Category: UKSP Nugget

118. Tour de France of compressive waves in the Sun’s corona

Author: Dmitrii Y. Kolotkov and Valery M. Nakariakov from the University of Warwick.

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What makes solar coronal waves wavy?

The intrinsically filamentary nature of the coronal plasma plays a crucial role in the dynamics of magnetohydrodynamic (MHD) waves. In particular, the waves could be guided along the plasma inhomogeneities. Due to this waveguiding effect, coronal MHD waves are known to be subject to effective dispersion manifested through the dependence of the wave speed on the wavenumber (frequency), which is most pronounced for fast magnetoacoustic (MA) waves. Similarly to a mass-start in road cycling, where all cyclists begin the race at the same time and position, an impulsively excited ensemble of fast MA harmonics, initially localised in space and time, disperses along the waveguide and forms a quasi-periodic fast-propagating perturbation of the local plasma parameters (see Fig. 1, for example). Such rapidly propagating trains of fast waves, guided by field-aligned plasma non-uniformities, are confidently observed both near the base and at higher heights of the Sun’s corona [1].

We determine characteristic signatures of fully developed fast wave trains in the time domain, obtained from theoretical modelling of fast MA waves in a coronal plasma non-uniformity. We demonstrate the link between the time history of a fast wave train and parameters of the hosting waveguide, which gives important and sometimes unique seismological information about the cross-field structuring of the coronal plasma.

From fast magnetoacoustic tadpoles to boomerangs

We model fast MA waves in a low-β plasma slab stretched along the z-axis in the linear regime (e.g., [2]). In the model, the direction of the equilibrium magnetic field coincides with the slab axis, and the cross-field profile of the plasma density (in the x-direction) is given by a continuous function with varying steepness. Thus, the waveguide is characterised by two free parameters, its depth (i.e. ratio of the plasma densities or Alfven speeds inside and outside) and steepness (i.e. smooth or sharp boundary), which determine the dynamics of fast MA waves in this model.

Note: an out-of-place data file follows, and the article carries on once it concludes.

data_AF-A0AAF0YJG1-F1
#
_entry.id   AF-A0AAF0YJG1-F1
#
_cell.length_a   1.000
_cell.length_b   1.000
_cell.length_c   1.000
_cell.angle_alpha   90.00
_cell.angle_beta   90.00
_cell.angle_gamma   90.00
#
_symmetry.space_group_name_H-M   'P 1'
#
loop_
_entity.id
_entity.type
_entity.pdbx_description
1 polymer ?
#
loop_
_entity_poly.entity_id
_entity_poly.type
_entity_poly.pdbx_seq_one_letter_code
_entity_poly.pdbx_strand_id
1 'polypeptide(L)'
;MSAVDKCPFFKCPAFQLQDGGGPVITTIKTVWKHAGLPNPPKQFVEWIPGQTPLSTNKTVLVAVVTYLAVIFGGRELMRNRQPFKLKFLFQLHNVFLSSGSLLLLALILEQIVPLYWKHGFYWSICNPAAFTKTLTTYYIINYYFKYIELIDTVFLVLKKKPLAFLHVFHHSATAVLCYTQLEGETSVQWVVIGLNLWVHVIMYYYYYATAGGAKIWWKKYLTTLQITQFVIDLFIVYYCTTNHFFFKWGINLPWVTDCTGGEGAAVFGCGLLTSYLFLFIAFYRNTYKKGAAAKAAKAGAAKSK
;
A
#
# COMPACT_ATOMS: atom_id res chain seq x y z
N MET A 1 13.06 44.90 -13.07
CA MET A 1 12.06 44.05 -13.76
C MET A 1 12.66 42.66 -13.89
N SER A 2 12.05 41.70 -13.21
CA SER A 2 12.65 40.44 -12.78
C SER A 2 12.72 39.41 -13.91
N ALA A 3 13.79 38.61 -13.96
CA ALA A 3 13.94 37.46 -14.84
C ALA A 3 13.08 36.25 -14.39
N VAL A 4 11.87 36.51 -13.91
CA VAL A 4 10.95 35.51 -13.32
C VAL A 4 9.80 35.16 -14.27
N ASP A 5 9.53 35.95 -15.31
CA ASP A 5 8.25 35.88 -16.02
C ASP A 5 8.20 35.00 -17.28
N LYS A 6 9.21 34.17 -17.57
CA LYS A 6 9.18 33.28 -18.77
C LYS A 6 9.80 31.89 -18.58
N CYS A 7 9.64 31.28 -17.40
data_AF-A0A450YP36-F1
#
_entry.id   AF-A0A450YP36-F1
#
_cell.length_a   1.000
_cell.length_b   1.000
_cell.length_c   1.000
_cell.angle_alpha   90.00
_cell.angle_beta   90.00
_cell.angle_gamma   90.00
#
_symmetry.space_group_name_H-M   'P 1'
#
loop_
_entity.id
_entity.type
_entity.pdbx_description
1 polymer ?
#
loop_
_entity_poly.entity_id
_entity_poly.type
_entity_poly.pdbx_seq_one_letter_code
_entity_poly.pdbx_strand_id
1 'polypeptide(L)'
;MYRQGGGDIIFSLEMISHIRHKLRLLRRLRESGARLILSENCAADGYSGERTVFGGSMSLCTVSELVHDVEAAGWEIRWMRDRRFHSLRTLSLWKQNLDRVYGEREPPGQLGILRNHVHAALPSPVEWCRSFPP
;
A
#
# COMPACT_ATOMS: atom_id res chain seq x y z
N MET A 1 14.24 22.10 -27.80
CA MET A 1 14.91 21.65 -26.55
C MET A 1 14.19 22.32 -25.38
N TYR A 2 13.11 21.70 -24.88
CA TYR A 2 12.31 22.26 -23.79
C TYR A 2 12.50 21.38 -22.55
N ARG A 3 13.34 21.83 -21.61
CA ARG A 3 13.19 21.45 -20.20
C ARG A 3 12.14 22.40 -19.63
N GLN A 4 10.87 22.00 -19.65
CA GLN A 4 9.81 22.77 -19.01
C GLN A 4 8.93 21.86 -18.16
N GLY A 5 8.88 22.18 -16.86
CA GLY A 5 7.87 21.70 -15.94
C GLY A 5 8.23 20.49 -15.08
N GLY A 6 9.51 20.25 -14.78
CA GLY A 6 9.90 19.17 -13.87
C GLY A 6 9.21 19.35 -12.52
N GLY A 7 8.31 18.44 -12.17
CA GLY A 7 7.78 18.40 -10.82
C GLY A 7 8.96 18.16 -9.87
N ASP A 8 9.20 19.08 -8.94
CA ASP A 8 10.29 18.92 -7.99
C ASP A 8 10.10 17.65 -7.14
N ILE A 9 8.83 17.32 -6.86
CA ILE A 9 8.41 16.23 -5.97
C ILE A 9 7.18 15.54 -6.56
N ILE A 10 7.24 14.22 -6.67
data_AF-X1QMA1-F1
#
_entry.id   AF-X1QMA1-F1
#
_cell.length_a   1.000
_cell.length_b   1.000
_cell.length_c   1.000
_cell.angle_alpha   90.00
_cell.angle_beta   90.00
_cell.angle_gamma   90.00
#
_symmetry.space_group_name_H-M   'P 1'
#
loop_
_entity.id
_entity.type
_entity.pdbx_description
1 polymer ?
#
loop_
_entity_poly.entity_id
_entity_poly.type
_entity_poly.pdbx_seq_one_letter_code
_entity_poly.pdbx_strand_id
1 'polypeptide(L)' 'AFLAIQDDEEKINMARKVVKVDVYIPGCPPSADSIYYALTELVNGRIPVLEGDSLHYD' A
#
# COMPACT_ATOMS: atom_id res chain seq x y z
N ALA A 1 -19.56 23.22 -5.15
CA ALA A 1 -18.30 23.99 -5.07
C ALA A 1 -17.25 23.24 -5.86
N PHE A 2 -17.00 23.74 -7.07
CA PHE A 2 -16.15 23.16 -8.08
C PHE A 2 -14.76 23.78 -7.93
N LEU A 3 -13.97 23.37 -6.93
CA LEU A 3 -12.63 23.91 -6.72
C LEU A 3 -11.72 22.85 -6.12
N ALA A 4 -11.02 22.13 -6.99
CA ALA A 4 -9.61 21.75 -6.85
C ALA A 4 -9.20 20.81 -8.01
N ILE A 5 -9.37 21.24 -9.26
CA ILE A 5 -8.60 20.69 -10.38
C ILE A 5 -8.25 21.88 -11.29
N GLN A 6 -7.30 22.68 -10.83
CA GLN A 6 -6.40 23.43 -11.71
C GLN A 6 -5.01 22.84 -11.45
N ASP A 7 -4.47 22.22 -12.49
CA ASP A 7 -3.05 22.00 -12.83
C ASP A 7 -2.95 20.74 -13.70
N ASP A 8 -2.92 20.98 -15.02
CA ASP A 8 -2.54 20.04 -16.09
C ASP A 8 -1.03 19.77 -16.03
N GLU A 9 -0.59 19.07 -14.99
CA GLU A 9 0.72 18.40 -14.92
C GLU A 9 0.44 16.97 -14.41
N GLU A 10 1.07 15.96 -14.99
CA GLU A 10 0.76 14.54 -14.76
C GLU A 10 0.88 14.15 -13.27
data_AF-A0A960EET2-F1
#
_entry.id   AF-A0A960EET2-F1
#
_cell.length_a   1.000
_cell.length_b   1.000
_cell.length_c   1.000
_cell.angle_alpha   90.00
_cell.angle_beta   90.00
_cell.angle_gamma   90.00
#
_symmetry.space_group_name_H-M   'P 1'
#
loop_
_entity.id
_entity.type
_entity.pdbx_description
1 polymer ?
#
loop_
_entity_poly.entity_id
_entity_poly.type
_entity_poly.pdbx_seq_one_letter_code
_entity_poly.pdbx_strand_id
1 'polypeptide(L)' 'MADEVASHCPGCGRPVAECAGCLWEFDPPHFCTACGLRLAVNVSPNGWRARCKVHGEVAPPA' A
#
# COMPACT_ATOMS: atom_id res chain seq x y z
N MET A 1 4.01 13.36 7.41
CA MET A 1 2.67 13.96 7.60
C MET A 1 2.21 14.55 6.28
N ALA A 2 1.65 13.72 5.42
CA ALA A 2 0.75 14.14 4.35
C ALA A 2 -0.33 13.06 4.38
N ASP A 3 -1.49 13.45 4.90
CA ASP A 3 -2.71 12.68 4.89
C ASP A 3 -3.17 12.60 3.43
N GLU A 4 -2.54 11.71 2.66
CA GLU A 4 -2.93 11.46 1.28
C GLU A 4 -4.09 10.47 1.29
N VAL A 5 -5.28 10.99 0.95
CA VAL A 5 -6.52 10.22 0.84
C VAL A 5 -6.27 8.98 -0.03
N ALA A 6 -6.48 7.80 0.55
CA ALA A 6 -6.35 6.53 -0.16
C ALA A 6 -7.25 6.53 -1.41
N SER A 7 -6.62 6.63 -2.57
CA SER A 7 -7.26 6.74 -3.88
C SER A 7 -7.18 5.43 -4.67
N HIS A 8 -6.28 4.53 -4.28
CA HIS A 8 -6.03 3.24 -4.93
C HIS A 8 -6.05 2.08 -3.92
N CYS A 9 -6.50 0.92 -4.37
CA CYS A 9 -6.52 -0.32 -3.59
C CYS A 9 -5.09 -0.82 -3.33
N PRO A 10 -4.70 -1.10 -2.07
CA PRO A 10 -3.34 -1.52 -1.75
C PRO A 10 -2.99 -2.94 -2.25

For smooth transverse density profiles, the group speed of fast MA waves varies with the parallel wavenumber monotonically between the Alfven speeds inside and outside the waveguide, CAi and CAe; and it has a well-pronounced minimum for steeper waveguide boundaries (see Fig. 2). The former means that among the impulsively excited ensemble of fast MA waves in a waveguide with sufficiently diffuse boundaries, all guided parallel harmonics will propagate at their own group speeds (between CAi and CAe), eventually forming a quasi-periodic pattern seen in the Morlet wavelet power spectrum as a tadpole with a narrow-band tail and broader-band head [3]. In steeper waveguides, in contrast, there will be a relatively narrow interval of parallel harmonics propagating at the highest group speeds CAi < Vgr < CAe (a quasi-periodic phase I in Fig. 1); pairs of harmonics with distinctly different wavelengths travelling at the same group speed Vgrmin < Vgr < CAi (a multi-periodic or a peloton phase II in Fig. 1); and a single parallel harmonic trailing behind all other guided harmonics at Vgrmin (Airy phase III in Fig. 1). Such a structure of the wave train is seen as a boomerang shape in the wavelet spectrum with two well-pronounced arms at shorter and longer periods (bottom panel in Fig. 1). The revealed multi-phase structure of fast MA wave trains is consistent with the suggestion of [4], based on the analogy with Pekeris waves in an ocean layer.

Observational example

The high time resolution traditionally available in the radio band seems to be most suitable for the detection of these boomerang-shaped fast MA wave trains in observations.

For example, [5] observed signatures of a fast wave train in the decimetric radio emission at 973-1025 MHz, with a frequency drift of Δft = 8.7 MHz/s towards lower frequencies which could be interpreted as an upward propagation of the wave train at the speed about 870 km/s (see Fig. 3). The shape of the wavelet spectrum of this wave train is seen to change from a tadpole at higher frequencies (lower heights) with a narrow-band tail around 81-s oscillation period and a broader-band head to a boomerang at lower frequencies (higher heights) with two well-pronounced arms around 81 s and 30-40 s. These observational properties are consistent with the theoretical scenario described in our work for the development of a fast MA wave train in a waveguide with a steep transverse density profile.

Prospects for coronal seismology